Why do companies pay for websites that don’t work?

Sadly many companies pay good money for bad websites. I know this because I talk with companies daily that have failing websites. These websites may look beautiful, they may have been expensive to build, yet they produce no results. Usually it is because these websites fail to address the customer’s desire to use a website to learn and get answers to specific questions. How can you avoid falling into this snare? The following article will discuss this question.

Why are you reading this article? Probably to learn something. Typically, this is the same reason your customer is looking at your website. Sadly, most companies pay for websites that look pretty, but are not helpful.

You may ask, “Unhelpful in what sense?” Think about Google. Is Google’s website the prettiest search engine on the web? No. Is it the most useful to gather information? Yes. This is why Google is dominating. Do you go to Google because it is the best looking website? Probably not. You use Google because it is a great source of information. Ask yourself, “is my website a great source of information?”

Good websites are informative

  1. A good website is more than just pretty pictures and colors. It must accomplish your customer’s goals, not just your goals.
  2. A good website is not a $2,000 business card. Instead, it should educate or, if appropriate, entertain the customer.
  3. A good website is not a one line description of your product with a price. It should explain your product or service in all the detail a customer could ever want.

Do you remember the homepage of MsDewey.com a search engine built by Microsoft Corporation? And di you see the homepage of Google.com. MsDewey.com has a certain visual appeal, but how many times have you used it to conduct a search? Probably never! As of January 2008, Alexa.com ranks MsDewey.com 125,077th out of all websites, while Google ranks 2nd. What do you think, useful or beautiful, which is more important?

This quote from Karen, Holman of Colorado State University hits the nail on the head, “Most web users connect to the web to find information, not to look at twirling logos. Content should be accurate, timely, concise and easy to find.”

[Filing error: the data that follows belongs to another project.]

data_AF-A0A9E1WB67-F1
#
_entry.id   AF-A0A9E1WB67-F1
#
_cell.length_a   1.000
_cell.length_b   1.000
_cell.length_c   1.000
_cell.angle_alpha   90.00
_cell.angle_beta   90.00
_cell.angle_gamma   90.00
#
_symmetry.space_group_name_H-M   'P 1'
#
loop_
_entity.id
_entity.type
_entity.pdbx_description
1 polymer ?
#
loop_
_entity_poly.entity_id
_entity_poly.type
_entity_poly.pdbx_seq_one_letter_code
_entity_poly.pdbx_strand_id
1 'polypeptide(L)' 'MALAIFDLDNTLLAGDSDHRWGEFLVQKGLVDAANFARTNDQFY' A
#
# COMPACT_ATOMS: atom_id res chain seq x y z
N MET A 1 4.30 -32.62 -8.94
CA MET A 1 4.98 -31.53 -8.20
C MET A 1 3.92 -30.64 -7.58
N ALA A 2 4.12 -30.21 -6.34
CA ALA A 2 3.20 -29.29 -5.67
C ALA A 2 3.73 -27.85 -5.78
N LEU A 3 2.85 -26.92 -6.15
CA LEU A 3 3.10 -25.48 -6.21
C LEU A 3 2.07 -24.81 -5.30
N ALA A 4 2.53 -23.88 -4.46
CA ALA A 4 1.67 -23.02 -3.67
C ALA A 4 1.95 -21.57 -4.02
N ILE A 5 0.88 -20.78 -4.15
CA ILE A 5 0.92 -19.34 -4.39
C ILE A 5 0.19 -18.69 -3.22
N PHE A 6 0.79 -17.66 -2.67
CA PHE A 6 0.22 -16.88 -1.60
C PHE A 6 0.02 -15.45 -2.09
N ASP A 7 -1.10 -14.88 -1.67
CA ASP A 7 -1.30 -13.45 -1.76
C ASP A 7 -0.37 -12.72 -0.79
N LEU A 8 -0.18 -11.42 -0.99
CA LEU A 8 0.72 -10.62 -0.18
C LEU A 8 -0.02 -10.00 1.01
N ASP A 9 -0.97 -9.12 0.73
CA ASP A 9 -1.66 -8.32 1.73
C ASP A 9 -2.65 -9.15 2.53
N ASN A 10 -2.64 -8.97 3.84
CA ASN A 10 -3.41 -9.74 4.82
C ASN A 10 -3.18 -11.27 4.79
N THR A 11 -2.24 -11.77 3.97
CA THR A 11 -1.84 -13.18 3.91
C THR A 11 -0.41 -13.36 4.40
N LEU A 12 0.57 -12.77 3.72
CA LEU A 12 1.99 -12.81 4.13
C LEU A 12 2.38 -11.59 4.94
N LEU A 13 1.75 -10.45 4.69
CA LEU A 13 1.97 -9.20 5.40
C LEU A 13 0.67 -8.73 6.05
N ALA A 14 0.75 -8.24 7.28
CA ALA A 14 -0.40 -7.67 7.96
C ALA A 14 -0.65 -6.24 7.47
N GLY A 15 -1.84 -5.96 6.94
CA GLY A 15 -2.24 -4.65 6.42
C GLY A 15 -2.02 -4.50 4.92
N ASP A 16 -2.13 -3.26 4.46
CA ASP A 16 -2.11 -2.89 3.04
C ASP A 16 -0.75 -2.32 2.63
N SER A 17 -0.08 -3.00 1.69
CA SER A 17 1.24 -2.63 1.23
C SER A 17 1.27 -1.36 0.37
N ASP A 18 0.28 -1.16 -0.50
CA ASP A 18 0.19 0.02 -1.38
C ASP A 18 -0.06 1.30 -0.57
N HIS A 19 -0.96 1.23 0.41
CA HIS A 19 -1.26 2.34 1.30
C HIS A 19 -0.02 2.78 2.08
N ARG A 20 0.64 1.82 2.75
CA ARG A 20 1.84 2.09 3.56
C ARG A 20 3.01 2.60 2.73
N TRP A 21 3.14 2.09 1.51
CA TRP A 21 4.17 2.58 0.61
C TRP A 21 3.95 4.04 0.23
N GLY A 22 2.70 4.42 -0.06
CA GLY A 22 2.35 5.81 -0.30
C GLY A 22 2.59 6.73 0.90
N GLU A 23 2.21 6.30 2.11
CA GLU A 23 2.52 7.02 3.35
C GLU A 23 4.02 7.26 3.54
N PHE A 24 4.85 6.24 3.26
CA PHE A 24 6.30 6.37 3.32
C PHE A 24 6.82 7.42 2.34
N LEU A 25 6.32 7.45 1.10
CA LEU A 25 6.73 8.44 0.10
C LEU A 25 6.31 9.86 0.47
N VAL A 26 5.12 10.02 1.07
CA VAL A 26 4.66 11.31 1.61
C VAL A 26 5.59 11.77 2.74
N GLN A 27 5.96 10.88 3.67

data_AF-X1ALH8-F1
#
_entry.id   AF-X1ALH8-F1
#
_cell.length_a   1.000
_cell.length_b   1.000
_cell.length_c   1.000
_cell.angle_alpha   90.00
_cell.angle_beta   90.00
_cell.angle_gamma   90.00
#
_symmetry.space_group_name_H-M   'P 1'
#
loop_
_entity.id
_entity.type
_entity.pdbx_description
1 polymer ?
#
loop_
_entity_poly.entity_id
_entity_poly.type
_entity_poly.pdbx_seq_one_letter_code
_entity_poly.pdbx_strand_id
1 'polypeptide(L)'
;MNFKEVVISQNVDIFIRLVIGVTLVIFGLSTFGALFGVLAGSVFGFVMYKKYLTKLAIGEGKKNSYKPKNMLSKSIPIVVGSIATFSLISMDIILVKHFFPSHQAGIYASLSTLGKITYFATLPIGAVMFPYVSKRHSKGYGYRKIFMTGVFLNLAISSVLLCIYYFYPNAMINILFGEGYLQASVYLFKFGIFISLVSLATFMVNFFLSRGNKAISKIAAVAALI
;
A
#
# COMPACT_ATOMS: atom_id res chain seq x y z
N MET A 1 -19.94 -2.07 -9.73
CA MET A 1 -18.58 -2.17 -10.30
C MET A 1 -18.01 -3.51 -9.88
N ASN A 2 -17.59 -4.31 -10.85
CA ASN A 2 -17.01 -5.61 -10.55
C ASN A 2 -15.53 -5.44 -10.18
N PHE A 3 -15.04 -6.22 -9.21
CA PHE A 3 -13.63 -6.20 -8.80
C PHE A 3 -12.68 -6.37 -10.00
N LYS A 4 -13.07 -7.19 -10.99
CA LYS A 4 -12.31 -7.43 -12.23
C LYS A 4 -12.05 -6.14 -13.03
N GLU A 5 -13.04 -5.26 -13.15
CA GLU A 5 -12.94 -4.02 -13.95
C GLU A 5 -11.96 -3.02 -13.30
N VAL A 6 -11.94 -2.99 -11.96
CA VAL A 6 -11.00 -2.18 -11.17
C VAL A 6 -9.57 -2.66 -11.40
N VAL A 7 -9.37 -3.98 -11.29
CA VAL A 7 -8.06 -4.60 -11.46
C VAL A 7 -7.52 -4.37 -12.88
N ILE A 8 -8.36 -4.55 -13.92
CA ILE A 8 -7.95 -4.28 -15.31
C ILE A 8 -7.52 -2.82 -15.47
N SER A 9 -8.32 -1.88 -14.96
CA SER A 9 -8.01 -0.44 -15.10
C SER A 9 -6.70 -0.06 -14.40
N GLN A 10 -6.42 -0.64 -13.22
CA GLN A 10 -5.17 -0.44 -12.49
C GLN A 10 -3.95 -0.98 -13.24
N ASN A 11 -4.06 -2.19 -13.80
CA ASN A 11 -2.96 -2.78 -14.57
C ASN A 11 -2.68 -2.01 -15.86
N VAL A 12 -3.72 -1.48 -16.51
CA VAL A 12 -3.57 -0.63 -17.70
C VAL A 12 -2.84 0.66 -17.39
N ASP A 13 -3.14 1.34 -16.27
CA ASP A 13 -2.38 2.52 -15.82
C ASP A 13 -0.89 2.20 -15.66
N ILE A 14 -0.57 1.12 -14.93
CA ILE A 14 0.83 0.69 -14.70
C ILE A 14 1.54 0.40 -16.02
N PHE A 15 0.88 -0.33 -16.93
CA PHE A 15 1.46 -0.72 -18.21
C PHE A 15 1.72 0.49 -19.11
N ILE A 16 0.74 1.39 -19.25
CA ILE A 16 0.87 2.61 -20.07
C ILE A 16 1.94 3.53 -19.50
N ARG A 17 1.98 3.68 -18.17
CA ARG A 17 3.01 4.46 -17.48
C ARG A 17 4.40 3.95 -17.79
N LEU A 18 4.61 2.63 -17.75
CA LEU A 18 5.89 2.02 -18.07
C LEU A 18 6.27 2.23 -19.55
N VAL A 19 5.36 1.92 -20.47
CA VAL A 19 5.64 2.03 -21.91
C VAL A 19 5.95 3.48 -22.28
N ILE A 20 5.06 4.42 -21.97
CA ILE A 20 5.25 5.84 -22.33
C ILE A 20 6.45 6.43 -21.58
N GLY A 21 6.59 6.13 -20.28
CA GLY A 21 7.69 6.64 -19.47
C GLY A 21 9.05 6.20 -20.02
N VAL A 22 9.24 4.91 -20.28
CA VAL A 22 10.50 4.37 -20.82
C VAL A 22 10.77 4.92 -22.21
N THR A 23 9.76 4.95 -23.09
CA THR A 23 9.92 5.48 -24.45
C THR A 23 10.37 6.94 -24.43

Remember that the customer is on the internet looking for information. Your company’s logo, smiling faces of beautiful people, and even your products and services may not be their highest priority.

Put another way, the problem with most websites is that they:

  1. Do not educate the customer, but merely provide a company’s 30 second sales pitch.
  2. Reflect the goals of the business executive who is desperate for business, and ignore the reason a customer is on your website, that is, to get information.

However, if you educate the customer, if you answer his questions, then you are far more likely to gain his trust and his business.

Again, you can gain the customer’s trust by educating him. Teach him about your industry. Ask yourself the following questions:

  1. Are there any technical terms unique to my industry that I can explain on my website?
  2. Can I write an article helping my customer to learn how my industry can address his needs?
  3. Can I help my customer understand when he does and when he does NOT need my product?
  4. Are there any books being sold on Amazon.com or at a local bookstore that can help my customer as he considers products or services from my industry?

Consider the above suggestions for your website. You can improve your sales greatly by taking the time to provide this type of assistance to your customers.

In review, this is why most companies pay good money for bad websites. Owners desire an attractive marketing tool to generate sales. Customers desire information. Ignore the latter and watch your sales dwindle. Instead, win trust and business by using your website as a tool to teach the customer and not merely to give your company’s 30 second sales pitch. These methods take time, but this is the reliable and cost-intelligent way to improve your website’s effectiveness.